Ernest, who is very conscious of the fact that his starting point was an association, is never absent from meetings and swears that he will never leave the association. These mixed-gender youth associations have institutional structures and are registered at the municipality level. They meet once or twice a week either for capacity building, an evaluation meeting or to implement joint income generating activities.

Women during saving and loan session, Nyamabuye. Photo: Violette Mukarushema/Norwegian Church Aid, Burundi



The opportunities to effectively influence duty bearers in Haiti, the Dominican Republic and Burundi were fewer than expected due to tensions at country level or between the countries. The work addressing at-risk youth in Mali, South Sudan and Haiti remained small in scope and gave limited results. These projects will therefore be phased out or included in the economic empowerment programme from 2016 and onwards.

An important lesson learned from this programme relates to the importance of having local structures for conflict transformation in place when large-scale conflicts break out. This was seen in the 2015 case from Burundi, where peace committees played an important role in mediating local conflicts arising from the national level conflict. While these efforts did not change the dynamics of the national level conflict, there are indications that they did reduce the impact of it on the local level. The same was seen in Mali when national level conflict resurfaced in 2012-13. NCA-supported local peace committees were able to adapt to the new situation and mediate both new and pre-existing conflicts and contribute to reducing the impact of conflict on people’s lives.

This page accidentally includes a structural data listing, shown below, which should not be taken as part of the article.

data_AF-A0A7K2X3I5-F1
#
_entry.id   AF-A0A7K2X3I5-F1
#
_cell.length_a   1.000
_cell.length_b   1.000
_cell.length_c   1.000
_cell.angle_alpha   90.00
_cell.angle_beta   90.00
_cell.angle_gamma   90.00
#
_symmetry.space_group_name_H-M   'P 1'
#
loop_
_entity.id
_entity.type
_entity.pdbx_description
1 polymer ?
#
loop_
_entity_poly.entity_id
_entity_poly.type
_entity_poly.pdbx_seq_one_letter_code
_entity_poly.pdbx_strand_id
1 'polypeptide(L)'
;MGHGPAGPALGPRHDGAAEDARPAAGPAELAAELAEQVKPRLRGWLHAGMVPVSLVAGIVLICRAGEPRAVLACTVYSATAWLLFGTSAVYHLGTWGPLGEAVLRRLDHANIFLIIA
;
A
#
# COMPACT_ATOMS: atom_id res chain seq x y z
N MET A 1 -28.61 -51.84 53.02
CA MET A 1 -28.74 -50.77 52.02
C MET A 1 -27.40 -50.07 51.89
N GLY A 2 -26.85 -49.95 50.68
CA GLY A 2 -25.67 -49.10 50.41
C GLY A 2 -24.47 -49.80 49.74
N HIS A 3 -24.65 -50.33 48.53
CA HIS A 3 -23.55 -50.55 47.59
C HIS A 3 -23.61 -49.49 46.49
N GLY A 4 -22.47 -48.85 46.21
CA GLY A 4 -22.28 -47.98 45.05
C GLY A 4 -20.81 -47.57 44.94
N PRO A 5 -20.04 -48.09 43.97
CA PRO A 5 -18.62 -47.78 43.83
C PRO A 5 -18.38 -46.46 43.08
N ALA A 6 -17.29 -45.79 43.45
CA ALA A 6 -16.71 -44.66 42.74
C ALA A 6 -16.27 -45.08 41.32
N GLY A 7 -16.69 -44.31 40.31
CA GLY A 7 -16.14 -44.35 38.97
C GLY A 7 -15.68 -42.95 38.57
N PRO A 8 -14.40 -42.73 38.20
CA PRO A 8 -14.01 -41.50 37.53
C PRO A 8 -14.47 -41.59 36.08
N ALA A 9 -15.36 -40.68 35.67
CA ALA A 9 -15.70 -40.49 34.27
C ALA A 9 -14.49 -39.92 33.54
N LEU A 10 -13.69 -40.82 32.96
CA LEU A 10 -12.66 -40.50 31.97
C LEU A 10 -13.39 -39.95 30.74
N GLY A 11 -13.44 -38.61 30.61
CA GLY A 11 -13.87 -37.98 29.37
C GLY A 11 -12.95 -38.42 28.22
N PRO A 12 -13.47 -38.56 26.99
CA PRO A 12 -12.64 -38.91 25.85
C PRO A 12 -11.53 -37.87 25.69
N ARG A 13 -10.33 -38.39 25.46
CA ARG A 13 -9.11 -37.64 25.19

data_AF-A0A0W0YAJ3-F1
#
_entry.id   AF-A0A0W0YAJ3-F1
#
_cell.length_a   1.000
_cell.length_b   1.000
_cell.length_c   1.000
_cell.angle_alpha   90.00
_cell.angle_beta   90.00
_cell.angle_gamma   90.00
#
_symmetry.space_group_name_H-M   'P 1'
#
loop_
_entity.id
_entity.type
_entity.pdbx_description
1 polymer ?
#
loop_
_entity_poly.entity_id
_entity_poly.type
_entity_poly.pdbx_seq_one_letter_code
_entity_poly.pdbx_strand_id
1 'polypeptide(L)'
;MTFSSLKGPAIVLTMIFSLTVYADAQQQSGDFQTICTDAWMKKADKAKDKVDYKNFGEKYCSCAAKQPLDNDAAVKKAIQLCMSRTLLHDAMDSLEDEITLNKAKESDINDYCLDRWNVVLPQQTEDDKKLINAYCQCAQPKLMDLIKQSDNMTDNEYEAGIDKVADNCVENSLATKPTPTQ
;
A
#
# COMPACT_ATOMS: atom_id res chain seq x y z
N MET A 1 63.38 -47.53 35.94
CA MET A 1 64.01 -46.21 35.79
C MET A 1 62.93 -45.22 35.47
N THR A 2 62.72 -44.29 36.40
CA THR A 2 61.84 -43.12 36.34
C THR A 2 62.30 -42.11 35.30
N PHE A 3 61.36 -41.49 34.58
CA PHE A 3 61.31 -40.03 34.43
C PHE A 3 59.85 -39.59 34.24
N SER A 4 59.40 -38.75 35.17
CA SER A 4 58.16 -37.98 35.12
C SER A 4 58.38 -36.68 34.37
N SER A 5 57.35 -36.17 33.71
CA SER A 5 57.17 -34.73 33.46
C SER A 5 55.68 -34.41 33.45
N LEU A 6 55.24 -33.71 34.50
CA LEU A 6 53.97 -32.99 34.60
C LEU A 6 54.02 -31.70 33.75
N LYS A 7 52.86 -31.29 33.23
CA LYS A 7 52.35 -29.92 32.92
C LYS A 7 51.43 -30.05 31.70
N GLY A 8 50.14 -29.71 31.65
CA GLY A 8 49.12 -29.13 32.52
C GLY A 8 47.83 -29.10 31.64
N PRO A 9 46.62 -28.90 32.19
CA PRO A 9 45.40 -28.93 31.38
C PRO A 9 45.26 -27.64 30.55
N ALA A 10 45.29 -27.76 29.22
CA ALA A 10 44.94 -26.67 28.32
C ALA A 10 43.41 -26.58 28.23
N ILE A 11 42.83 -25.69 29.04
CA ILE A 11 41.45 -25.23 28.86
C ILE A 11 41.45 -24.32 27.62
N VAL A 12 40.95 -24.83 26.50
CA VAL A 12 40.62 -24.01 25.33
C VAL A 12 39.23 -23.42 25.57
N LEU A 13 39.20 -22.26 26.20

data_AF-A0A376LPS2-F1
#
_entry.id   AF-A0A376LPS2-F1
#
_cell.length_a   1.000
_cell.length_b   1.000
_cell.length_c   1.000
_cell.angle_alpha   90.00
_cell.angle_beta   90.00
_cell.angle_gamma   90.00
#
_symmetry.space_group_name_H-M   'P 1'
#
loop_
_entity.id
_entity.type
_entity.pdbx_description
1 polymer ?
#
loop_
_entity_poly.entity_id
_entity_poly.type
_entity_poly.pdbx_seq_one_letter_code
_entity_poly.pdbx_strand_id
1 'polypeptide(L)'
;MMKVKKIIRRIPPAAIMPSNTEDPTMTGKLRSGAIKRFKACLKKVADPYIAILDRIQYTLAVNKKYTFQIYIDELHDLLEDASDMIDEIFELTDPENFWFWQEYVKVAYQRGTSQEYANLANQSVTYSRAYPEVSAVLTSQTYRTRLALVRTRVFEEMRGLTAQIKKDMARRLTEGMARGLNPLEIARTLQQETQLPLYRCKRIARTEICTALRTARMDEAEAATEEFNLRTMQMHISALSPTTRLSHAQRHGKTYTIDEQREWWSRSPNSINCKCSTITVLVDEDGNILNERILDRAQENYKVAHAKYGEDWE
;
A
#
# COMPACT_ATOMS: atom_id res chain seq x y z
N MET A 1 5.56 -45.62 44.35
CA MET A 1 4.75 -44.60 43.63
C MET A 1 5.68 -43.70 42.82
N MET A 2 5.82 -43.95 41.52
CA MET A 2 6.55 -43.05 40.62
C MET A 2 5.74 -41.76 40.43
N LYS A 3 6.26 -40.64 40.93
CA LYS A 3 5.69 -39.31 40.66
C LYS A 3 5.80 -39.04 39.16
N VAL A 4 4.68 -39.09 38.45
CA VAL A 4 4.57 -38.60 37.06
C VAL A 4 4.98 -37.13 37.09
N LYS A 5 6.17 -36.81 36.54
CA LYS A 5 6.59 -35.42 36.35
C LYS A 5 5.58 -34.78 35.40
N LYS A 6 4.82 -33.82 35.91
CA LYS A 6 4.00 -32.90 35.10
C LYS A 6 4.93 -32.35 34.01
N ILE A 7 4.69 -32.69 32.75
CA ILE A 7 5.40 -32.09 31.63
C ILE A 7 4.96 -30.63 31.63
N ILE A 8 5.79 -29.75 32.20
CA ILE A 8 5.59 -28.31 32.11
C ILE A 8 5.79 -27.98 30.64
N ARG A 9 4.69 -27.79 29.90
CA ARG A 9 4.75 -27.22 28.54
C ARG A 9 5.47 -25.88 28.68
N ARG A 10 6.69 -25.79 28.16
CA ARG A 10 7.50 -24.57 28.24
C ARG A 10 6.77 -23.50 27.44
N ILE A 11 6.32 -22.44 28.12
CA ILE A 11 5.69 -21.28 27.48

OUTCOME 1: Local capacities for peace are mobilised to prevent and transform destructive conflicts in local communities

Achieved in Burundi, Mali, Afghanistan and South Sudan, while not fully achieved in Haiti and the Dominican Republic. The results were mainly achieved through building the capacity of local peace structures, which intervened in local level conflicts.